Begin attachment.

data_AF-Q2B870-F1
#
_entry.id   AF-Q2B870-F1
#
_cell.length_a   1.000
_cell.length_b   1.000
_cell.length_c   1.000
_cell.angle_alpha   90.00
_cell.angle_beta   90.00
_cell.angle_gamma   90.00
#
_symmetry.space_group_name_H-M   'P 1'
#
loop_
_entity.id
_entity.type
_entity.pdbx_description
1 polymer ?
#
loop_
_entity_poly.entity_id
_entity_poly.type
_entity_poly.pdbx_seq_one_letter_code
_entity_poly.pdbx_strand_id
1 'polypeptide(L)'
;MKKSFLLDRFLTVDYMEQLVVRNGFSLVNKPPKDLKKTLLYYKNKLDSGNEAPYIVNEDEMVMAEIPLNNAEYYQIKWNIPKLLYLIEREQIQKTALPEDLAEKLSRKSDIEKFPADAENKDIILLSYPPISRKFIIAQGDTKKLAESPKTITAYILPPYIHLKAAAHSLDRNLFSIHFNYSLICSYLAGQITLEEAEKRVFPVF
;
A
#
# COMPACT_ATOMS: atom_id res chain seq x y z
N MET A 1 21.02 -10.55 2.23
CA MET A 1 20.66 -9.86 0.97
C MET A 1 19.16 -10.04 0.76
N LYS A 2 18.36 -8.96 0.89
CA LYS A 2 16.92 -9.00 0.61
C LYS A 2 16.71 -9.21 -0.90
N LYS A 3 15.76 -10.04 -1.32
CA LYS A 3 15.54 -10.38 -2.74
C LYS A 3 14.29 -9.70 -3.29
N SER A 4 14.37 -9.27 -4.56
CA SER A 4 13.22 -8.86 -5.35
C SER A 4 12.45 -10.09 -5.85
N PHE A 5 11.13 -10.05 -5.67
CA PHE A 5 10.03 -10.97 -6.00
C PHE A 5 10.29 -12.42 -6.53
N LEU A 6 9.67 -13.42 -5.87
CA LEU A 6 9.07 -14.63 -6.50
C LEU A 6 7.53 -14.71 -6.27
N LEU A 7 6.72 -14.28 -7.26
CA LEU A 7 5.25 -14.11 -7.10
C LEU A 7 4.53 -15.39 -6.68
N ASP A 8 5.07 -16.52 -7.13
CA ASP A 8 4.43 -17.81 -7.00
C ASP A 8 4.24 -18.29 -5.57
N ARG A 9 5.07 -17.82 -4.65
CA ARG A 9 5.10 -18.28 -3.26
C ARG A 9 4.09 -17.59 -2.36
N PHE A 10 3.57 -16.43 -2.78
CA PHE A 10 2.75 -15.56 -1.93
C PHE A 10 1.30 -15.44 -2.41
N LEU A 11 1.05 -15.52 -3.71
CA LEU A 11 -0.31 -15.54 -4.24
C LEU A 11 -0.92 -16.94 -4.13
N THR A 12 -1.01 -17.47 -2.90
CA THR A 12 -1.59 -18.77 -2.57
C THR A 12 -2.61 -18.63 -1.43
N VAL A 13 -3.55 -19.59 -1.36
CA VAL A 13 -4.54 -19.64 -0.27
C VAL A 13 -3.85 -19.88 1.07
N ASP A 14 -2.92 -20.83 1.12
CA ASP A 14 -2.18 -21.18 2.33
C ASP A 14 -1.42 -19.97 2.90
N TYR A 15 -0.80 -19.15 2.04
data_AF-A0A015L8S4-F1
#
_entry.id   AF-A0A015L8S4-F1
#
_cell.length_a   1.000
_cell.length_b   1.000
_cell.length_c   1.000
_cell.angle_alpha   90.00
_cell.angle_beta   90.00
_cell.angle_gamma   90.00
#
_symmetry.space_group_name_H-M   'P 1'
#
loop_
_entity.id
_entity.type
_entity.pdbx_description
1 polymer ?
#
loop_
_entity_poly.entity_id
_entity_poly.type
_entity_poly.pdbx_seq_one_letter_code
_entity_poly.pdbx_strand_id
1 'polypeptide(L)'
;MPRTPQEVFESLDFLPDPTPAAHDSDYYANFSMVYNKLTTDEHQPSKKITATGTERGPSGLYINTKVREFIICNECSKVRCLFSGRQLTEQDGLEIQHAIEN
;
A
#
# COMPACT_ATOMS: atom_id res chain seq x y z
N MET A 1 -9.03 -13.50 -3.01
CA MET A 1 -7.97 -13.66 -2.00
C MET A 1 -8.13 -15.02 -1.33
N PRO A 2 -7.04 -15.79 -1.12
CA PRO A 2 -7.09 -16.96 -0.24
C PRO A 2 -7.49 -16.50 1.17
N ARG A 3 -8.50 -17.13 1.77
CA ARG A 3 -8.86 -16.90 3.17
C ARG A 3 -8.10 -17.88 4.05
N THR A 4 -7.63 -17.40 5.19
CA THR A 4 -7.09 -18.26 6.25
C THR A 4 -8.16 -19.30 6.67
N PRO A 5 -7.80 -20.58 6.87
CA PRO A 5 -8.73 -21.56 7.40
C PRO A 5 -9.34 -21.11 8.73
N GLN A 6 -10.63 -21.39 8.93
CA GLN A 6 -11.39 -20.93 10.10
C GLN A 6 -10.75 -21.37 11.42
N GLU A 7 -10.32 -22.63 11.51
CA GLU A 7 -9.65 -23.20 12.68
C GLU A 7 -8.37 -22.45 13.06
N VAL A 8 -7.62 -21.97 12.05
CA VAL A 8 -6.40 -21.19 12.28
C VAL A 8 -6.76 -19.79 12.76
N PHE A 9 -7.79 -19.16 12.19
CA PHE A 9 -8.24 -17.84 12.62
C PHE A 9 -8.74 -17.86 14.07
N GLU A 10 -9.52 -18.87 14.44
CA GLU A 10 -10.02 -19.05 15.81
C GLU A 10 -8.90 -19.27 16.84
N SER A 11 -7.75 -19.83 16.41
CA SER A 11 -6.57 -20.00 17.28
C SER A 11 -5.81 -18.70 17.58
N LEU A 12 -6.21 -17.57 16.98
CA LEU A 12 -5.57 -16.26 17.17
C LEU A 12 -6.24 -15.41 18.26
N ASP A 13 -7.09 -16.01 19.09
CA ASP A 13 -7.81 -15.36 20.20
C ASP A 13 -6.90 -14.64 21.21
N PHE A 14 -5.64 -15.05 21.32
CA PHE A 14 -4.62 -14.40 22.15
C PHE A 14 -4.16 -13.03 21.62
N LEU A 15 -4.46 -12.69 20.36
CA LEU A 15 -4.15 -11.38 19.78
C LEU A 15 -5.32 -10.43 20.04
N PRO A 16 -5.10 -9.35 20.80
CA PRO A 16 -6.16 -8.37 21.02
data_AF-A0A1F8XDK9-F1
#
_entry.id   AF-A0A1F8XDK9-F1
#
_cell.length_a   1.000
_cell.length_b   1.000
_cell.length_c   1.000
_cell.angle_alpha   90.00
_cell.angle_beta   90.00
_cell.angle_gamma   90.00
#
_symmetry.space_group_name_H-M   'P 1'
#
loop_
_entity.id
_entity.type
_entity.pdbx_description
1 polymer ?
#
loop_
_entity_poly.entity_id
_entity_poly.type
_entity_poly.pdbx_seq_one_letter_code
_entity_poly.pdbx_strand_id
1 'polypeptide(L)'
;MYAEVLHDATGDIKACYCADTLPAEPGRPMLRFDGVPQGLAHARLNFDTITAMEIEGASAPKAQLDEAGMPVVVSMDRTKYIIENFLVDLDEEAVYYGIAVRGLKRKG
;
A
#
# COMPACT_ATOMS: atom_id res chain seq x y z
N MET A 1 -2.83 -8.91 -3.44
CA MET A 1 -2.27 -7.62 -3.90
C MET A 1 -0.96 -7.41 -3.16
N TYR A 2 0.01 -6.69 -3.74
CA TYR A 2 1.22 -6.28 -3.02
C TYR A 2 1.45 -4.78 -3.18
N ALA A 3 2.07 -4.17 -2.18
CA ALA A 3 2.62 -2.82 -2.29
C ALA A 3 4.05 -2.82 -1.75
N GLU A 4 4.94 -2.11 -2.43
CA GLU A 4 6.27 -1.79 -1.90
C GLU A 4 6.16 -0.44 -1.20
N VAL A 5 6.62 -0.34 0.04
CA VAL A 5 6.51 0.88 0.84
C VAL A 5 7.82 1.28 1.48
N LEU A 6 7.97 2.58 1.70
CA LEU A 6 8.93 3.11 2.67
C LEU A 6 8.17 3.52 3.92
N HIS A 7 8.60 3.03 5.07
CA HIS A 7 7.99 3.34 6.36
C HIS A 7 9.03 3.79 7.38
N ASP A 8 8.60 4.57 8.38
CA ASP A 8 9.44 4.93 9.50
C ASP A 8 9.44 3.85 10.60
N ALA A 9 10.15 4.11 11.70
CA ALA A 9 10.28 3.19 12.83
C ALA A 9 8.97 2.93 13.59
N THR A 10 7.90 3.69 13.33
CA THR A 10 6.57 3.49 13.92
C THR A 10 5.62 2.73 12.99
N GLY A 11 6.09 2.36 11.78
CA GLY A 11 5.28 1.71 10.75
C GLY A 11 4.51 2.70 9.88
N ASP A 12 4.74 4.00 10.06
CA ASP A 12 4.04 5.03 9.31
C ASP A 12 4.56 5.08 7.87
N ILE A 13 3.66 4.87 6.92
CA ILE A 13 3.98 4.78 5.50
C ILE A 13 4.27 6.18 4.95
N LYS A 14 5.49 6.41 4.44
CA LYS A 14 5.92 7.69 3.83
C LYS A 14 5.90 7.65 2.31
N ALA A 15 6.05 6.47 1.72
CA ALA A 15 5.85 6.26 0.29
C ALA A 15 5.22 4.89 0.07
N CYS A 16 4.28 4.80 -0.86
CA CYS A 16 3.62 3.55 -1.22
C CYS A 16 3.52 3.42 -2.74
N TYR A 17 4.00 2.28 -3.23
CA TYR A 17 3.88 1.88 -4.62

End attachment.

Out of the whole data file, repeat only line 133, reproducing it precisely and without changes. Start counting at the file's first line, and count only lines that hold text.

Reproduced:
C GLU A 10 -8.90 -19.27 16.84